Key to the CommunitySensor methodology is that the mapping is not about the maps as deliverables on their own, but about the process of participation of the community of stakeholders, from defining the mapping language, collecting the data, to making sense of the evolving maps and using them in their collaboration processes.
Despite the mapping event literally only being a side show, and the data collected forming only a very random sample, at the end of the conference, we had already put 47 projects / initiatives, 144 organisations, 37 locations, and 428 collaborative connections between them on the map. You can get a sense of what those connections were through the following example perspectives on the emerging collaboration ecosystem:
There are also more specialized and actionable perspectives, such as the collaboration contexts for the various arenas. An example is the arena where decision makers are collaborating on the theme Energy and the domain/sector Built Environment.
Although such general perspectives are good starting points for common sensemaking, there are many other ways to use the knowledge base in generating useful agenda setting perspectives. For example, this customized perspective shows the projects/initiatives around and between the four largest cities in the province of Noord-Brabant. This could be used by, say, municipal and provincial decision makers, for discussions on which existing or new (inter)city initiatives to develop to jointly get more meaningful and scaled up climate action going.
Still, such maps are meaningless without together making sense of them: what parts are relevant for understanding one’s own position in the ecosystem, identifying new partners, opportunities for linking up existing initiatives or starting new ones, and so on? One way we promoted such small scale sensemaking, for example, was to take interested participants on a private tour of the map at the mapping station. People were very interested in discovering the to them often unknown connections around themes, sectors, or locations their collaboration had in common with other endeavors.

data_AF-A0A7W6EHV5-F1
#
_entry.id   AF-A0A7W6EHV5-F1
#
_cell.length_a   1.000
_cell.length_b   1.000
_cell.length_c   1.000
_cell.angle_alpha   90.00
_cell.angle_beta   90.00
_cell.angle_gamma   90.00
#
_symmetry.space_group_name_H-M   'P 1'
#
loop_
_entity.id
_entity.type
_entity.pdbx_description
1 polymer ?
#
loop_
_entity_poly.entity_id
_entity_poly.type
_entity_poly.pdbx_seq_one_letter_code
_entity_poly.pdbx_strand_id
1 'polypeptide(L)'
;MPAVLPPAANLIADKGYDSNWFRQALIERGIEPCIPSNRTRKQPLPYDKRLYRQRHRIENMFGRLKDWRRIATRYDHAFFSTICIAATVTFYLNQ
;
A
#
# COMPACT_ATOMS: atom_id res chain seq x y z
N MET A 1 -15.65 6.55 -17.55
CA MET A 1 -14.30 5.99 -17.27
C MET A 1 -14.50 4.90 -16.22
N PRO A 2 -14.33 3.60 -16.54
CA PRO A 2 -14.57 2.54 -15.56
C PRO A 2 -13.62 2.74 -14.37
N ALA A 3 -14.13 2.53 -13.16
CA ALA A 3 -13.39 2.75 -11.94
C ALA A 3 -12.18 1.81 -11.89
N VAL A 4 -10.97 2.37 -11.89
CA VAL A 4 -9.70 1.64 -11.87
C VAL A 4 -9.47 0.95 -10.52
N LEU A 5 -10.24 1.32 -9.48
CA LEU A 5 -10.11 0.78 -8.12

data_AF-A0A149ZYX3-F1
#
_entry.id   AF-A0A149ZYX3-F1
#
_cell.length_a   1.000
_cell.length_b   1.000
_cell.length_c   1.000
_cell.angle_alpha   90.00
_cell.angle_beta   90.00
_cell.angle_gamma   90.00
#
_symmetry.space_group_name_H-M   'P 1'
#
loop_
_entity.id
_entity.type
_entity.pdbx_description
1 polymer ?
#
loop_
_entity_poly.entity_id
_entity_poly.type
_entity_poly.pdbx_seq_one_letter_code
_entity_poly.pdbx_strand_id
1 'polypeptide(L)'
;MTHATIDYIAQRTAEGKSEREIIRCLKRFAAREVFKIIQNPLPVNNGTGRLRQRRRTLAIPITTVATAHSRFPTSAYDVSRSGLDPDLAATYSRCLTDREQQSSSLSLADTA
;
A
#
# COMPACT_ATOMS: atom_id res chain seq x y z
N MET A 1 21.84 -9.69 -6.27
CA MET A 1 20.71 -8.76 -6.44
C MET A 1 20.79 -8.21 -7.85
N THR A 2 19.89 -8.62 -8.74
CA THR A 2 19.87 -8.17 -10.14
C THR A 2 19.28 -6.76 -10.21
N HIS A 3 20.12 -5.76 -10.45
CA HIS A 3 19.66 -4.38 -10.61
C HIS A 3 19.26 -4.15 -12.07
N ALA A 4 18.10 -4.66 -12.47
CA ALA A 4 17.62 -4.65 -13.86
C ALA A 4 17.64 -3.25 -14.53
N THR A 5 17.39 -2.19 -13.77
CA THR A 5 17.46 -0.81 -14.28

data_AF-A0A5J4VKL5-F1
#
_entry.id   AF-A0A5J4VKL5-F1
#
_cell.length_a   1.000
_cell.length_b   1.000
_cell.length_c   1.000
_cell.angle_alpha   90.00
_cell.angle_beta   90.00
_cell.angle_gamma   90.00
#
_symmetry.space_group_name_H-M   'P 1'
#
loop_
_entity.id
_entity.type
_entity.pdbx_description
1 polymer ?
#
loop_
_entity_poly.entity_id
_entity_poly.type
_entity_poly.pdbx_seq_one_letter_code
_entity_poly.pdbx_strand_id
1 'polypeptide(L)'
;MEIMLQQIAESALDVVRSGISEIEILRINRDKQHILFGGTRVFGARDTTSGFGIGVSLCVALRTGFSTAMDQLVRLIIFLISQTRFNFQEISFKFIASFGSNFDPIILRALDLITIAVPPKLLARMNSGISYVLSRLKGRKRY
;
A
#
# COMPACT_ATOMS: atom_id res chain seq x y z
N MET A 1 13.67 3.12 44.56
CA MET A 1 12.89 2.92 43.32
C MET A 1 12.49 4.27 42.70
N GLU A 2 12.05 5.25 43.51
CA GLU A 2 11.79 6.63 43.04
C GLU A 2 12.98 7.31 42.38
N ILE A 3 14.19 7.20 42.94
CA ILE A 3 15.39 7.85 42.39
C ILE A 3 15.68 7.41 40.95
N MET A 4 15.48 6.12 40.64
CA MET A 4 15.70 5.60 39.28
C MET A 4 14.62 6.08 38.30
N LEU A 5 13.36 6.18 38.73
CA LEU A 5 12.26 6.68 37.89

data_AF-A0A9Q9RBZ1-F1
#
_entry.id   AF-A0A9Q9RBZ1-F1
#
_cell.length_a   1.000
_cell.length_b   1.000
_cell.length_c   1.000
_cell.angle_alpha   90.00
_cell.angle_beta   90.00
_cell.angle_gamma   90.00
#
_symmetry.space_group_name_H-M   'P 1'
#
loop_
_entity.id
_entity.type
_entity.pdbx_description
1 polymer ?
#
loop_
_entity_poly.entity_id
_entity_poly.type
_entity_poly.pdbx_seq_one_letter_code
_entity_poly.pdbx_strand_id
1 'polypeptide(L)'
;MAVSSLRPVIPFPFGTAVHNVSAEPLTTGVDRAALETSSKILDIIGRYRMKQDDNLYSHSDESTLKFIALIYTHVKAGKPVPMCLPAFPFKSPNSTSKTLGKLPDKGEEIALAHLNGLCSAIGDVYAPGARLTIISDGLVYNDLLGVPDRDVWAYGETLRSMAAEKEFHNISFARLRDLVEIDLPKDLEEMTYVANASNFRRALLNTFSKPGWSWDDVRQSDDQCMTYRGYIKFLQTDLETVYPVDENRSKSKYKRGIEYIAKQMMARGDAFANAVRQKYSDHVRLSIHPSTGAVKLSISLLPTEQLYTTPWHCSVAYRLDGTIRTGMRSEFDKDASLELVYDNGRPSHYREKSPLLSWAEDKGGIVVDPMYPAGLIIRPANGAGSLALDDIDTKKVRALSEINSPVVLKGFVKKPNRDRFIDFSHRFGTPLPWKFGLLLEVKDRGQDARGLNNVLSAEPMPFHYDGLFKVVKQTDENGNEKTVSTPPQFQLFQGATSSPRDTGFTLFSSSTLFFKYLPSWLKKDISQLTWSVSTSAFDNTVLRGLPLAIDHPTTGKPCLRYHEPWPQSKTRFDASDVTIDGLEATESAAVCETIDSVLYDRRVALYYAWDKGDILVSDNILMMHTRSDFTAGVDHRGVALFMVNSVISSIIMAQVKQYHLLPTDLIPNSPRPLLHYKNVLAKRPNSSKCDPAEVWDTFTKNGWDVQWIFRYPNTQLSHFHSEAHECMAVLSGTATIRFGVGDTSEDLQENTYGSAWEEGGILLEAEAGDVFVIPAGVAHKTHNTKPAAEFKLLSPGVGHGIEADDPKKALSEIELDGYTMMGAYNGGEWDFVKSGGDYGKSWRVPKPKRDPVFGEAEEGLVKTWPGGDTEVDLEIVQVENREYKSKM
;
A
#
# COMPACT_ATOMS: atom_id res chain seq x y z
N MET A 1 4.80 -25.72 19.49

We also engaged in more scaled up, collective sensemaking. Several times throughout the summit day, I was invited to the main stage to be briefly interviewed by the conference chair in my role as map maker, to present interesting perspectives on the map-in-progress. This, in fact, was the main outcome of the day: giving the audience a glimpse of how much (potential) common collaborative ground there already was between all their projects and initiatives, and how important it was to actively reflect upon them. Showing the connection force implicitly present between – on the surface – often fragmented efforts conveyed a powerful message that reaching collective impact is not just about starting more initiatives, but also about more systematically aligning and connecting those efforts.
After the summit, its initial results were made available on the Klimaatstroom Zuid website . The photo gallery gives a palpable sense of the level of participation and enthusiasm throughout the day. The map of collaborative links between existing initiatives was also included as a symbolic representation of the connection force between existing initiatives on that day. It gives a good sense of the potential power that is there to reach impact together faster if only we could get our act TOGETHER.
The Climate Summit kicked off an ongoing process of ever closer climate action collaboration between a multitude of stakeholders at and between the provincial, regional, and municipal levels. Of course, it is not easy to keep the energy and focus generated during such an inspiring launch event. Setting common working agendas together requires very hard and ongoing work, for which a visual knowledge base-driven approach could provide important support. The Klimaatstroom Zuid coalition is still taking shape in a complex field of initiatives and interests, but bit by bit momentum is building.